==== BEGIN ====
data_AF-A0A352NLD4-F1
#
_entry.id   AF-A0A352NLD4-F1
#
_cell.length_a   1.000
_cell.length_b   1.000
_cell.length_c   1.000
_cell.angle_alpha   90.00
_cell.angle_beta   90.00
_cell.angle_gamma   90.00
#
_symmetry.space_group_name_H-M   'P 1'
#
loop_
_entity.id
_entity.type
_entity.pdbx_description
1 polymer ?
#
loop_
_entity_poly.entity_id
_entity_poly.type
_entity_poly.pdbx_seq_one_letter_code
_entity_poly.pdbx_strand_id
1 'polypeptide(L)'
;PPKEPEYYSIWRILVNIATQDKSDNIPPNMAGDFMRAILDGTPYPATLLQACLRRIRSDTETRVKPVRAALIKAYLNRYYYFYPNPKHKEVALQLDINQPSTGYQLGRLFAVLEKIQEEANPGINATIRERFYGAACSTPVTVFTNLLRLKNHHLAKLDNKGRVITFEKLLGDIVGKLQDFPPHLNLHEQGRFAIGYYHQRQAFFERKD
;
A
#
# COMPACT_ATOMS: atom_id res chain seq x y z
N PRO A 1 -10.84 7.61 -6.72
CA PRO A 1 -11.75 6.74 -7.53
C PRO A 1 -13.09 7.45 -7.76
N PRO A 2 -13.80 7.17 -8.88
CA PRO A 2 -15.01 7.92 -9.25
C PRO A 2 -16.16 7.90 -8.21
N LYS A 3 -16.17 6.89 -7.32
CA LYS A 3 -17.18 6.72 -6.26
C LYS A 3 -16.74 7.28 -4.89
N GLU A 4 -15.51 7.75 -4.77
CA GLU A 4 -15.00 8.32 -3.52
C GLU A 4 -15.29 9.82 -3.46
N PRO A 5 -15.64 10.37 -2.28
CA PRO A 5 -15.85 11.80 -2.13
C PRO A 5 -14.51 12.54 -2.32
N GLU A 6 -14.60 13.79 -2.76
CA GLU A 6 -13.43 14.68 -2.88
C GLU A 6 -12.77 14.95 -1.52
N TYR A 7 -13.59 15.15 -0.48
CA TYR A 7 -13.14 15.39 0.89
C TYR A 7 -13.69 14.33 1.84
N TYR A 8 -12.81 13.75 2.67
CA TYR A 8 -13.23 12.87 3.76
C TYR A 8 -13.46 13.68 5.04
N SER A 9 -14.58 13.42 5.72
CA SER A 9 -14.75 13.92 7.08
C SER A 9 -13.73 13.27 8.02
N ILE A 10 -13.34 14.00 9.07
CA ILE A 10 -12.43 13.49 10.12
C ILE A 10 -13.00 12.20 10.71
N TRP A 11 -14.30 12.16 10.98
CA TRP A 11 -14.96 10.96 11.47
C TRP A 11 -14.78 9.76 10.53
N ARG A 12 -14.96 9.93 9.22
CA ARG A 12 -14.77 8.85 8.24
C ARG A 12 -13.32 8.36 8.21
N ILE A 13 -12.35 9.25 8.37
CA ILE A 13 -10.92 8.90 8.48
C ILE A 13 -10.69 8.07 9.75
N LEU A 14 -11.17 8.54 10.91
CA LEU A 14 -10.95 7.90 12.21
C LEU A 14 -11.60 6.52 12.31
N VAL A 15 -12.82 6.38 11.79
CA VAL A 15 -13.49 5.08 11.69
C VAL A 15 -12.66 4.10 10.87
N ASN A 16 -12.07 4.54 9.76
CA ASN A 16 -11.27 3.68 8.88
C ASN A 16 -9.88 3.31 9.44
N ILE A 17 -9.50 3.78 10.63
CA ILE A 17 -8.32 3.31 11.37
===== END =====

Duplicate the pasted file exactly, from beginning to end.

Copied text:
data_AF-A0A352NLD4-F1
#
_entry.id   AF-A0A352NLD4-F1
#
_cell.length_a   1.000
_cell.length_b   1.000
_cell.length_c   1.000
_cell.angle_alpha   90.00
_cell.angle_beta   90.00
_cell.angle_gamma   90.00
#
_symmetry.space_group_name_H-M   'P 1'
#
loop_
_entity.id
_entity.type
_entity.pdbx_description
1 polymer ?
#
loop_
_entity_poly.entity_id
_entity_poly.type
_entity_poly.pdbx_seq_one_letter_code
_entity_poly.pdbx_strand_id
1 'polypeptide(L)'
;PPKEPEYYSIWRILVNIATQDKSDNIPPNMAGDFMRAILDGTPYPATLLQACLRRIRSDTETRVKPVRAALIKAYLNRYYYFYPNPKHKEVALQLDINQPSTGYQLGRLFAVLEKIQEEANPGINATIRERFYGAACSTPVTVFTNLLRLKNHHLAKLDNKGRVITFEKLLGDIVGKLQDFPPHLNLHEQGRFAIGYYHQRQAFFERKD
;
A
#
# COMPACT_ATOMS: atom_id res chain seq x y z
N PRO A 1 -10.84 7.61 -6.72
CA PRO A 1 -11.75 6.74 -7.53
C PRO A 1 -13.09 7.45 -7.76
N PRO A 2 -13.80 7.17 -8.88
CA PRO A 2 -15.01 7.92 -9.25
C PRO A 2 -16.16 7.90 -8.21
N LYS A 3 -16.17 6.89 -7.32
CA LYS A 3 -17.18 6.72 -6.26
C LYS A 3 -16.74 7.28 -4.89
N GLU A 4 -15.51 7.75 -4.77
CA GLU A 4 -15.00 8.32 -3.52
C GLU A 4 -15.29 9.82 -3.46
N PRO A 5 -15.64 10.37 -2.28
CA PRO A 5 -15.85 11.80 -2.13
C PRO A 5 -14.51 12.54 -2.32
N GLU A 6 -14.60 13.79 -2.76
CA GLU A 6 -13.43 14.68 -2.88
C GLU A 6 -12.77 14.95 -1.52
N TYR A 7 -13.59 15.15 -0.48
CA TYR A 7 -13.14 15.39 0.89
C TYR A 7 -13.69 14.33 1.84
N TYR A 8 -12.81 13.75 2.67
CA TYR A 8 -13.23 12.87 3.76
C TYR A 8 -13.46 13.68 5.04
N SER A 9 -14.58 13.42 5.72
CA SER A 9 -14.75 13.92 7.08
C SER A 9 -13.73 13.27 8.02
N ILE A 10 -13.34 14.00 9.07
CA ILE A 10 -12.43 13.49 10.12
C ILE A 10 -13.00 12.20 10.71
N TRP A 11 -14.30 12.16 10.98
CA TRP A 11 -14.96 10.96 11.47
C TRP A 11 -14.78 9.76 10.53
N ARG A 12 -14.96 9.93 9.22
CA ARG A 12 -14.77 8.85 8.24
C ARG A 12 -13.32 8.36 8.21
N ILE A 13 -12.35 9.25 8.37
CA ILE A 13 -10.92 8.90 8.48
C ILE A 13 -10.69 8.07 9.75
N LEU A 14 -11.17 8.54 10.91
CA LEU A 14 -10.95 7.90 12.21
C LEU A 14 -11.60 6.52 12.31
N VAL A 15 -12.82 6.38 11.79
CA VAL A 15 -13.49 5.08 11.69
C VAL A 15 -12.66 4.10 10.87
N ASN A 16 -12.07 4.54 9.76
CA ASN A 16 -11.27 3.68 8.88
C ASN A 16 -9.88 3.31 9.44
N ILE A 17 -9.50 3.78 10.63
CA ILE A 17 -8.32 3.31 11.37